In essence, the Anniversary Edition of Skyrim makes it easy for players to have an up-to-date version of the complete Special Edition game – including all official DLC — that’s also beefed up with a ton of small to moderate additions through Bethesda’s Creation Club, ranging from artifacts to activities and quests. This includes brand-new content released alongside the Anniversary Edition from the Creation Club, such as fishing, a simulator-ish survival mode, and new quests. The Anniversary Edition also touches up the visuals for next-gen consoles, though those on the Xbox Series X will likely see no appreciable difference over the already optimized version of the Special Edition. There’s a $20 digital upgrade options for those who already own the Special Edition, but there’s also a complete physical copy of the Anniversary Edition for $50.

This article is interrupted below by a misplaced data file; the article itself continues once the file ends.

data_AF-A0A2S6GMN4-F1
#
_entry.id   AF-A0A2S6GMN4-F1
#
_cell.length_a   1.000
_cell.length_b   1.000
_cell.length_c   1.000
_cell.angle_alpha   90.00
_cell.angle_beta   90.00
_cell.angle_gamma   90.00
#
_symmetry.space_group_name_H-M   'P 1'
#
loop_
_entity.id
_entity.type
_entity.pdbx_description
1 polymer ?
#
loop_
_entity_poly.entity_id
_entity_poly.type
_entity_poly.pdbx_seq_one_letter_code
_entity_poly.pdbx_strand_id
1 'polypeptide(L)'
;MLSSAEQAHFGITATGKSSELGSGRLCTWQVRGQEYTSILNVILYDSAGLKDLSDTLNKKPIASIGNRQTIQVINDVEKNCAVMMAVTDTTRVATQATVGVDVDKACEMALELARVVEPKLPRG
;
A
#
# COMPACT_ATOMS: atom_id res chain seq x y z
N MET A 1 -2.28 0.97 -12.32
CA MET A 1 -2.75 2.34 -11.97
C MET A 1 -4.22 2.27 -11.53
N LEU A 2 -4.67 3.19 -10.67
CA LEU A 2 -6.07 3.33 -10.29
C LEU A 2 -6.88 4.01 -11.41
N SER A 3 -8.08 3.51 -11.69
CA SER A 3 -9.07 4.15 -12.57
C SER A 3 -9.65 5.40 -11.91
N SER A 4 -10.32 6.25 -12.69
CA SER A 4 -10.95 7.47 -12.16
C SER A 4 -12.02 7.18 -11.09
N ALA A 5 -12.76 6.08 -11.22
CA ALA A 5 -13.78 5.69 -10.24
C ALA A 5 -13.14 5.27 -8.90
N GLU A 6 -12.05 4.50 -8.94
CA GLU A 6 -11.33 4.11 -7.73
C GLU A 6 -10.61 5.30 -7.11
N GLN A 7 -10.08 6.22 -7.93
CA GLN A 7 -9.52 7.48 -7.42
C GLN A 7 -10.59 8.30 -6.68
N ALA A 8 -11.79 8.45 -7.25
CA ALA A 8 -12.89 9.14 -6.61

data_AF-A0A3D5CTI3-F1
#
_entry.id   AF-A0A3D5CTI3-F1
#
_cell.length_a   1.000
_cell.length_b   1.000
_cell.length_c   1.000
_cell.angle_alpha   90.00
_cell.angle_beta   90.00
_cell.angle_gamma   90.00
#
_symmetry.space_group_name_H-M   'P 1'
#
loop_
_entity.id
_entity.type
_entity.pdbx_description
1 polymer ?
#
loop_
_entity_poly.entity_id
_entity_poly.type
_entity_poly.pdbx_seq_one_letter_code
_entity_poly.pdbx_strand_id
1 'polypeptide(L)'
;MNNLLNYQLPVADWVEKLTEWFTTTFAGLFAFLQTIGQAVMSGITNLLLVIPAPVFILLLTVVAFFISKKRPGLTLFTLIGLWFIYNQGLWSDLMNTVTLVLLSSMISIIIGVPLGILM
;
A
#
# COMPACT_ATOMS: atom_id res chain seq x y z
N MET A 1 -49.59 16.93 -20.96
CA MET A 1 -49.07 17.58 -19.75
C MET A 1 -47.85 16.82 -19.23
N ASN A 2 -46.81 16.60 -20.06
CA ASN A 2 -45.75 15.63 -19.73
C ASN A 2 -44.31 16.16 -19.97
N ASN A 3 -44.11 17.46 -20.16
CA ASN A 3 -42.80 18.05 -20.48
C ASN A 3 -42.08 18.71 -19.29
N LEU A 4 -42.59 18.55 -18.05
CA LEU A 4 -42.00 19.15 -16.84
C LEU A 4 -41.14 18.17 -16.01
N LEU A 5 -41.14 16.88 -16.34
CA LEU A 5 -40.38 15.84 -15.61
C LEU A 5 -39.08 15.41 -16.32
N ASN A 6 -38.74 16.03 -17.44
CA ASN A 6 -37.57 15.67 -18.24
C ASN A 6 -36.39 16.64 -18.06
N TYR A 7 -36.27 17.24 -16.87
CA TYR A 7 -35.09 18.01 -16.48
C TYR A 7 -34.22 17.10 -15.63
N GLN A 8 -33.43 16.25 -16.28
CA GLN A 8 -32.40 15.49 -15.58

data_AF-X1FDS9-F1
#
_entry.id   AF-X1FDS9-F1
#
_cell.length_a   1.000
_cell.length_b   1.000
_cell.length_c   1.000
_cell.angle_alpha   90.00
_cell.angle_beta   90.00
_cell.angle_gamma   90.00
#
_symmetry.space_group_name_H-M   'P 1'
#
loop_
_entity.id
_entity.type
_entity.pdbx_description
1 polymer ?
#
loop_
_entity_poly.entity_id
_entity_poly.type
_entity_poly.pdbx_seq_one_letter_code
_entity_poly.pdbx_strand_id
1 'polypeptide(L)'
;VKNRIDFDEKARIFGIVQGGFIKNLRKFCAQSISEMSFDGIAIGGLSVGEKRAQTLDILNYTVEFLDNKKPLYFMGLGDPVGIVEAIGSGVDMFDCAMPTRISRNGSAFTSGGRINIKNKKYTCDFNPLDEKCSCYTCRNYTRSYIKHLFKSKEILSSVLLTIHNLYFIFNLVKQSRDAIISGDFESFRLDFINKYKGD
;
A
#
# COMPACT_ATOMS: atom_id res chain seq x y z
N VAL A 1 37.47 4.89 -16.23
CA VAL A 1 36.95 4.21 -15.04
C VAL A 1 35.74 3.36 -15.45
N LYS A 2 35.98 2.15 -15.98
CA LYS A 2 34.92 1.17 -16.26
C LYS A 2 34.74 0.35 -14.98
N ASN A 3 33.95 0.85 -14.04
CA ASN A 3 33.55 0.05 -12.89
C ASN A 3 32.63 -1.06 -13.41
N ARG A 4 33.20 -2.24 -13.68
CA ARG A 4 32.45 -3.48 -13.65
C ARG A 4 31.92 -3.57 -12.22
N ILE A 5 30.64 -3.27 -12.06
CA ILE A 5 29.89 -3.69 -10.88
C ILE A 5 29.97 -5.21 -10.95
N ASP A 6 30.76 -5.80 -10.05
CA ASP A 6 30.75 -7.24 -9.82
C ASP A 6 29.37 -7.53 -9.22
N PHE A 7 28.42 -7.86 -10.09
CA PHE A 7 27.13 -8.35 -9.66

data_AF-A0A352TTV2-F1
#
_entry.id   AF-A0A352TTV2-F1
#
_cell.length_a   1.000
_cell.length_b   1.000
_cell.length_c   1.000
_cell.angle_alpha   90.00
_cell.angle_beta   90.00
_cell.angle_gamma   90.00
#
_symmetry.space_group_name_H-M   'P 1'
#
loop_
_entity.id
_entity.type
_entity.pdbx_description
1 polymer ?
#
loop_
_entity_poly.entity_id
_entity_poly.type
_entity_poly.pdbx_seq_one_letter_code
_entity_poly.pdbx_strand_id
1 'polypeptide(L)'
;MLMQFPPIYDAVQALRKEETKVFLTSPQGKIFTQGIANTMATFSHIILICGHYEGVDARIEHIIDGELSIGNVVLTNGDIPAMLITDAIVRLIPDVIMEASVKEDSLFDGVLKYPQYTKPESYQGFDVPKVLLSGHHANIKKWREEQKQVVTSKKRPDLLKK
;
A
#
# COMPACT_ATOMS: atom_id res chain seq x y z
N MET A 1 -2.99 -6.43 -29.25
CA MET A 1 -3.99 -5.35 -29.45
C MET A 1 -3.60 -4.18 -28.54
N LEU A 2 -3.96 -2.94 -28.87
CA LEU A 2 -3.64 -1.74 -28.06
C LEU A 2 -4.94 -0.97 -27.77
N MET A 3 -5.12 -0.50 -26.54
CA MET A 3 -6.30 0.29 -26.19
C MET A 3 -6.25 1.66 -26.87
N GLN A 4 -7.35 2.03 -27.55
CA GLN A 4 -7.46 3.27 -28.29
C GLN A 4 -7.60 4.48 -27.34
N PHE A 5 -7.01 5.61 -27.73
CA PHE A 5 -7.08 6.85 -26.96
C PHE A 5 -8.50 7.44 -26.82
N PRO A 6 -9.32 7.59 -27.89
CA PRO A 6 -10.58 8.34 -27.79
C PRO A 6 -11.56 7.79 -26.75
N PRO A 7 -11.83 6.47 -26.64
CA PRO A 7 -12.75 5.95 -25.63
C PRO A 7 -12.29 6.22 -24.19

GTA: Definitive Trilogy – November 11 (PS4,5; Xbox O/S/X; Switch; PC)
It’s hard to overstate how influential the sequence of Grand Theft Auto III, Vice City, and San Andreas was to the video game landscape. GTA III brought together different aspects of free-roaming action and emergent gameplay into a singular experience, Vice City took that blueprint and gave it a distinct, violent attitude … and then San Andreas upped the attitude, narrative potency, and sheer volume and variety of things to do to such a degree that it almost felt like a simulation. The ability for players to do essentially whatever they wanted in a “sandbox”, to create whatever degree of chaos they wanted, became a blueprint for other games to follow that range from revolutionary and historical assassin sims to animated show tie-ins. They’ve aged, but their legacy exists in the bones of countless modern titles.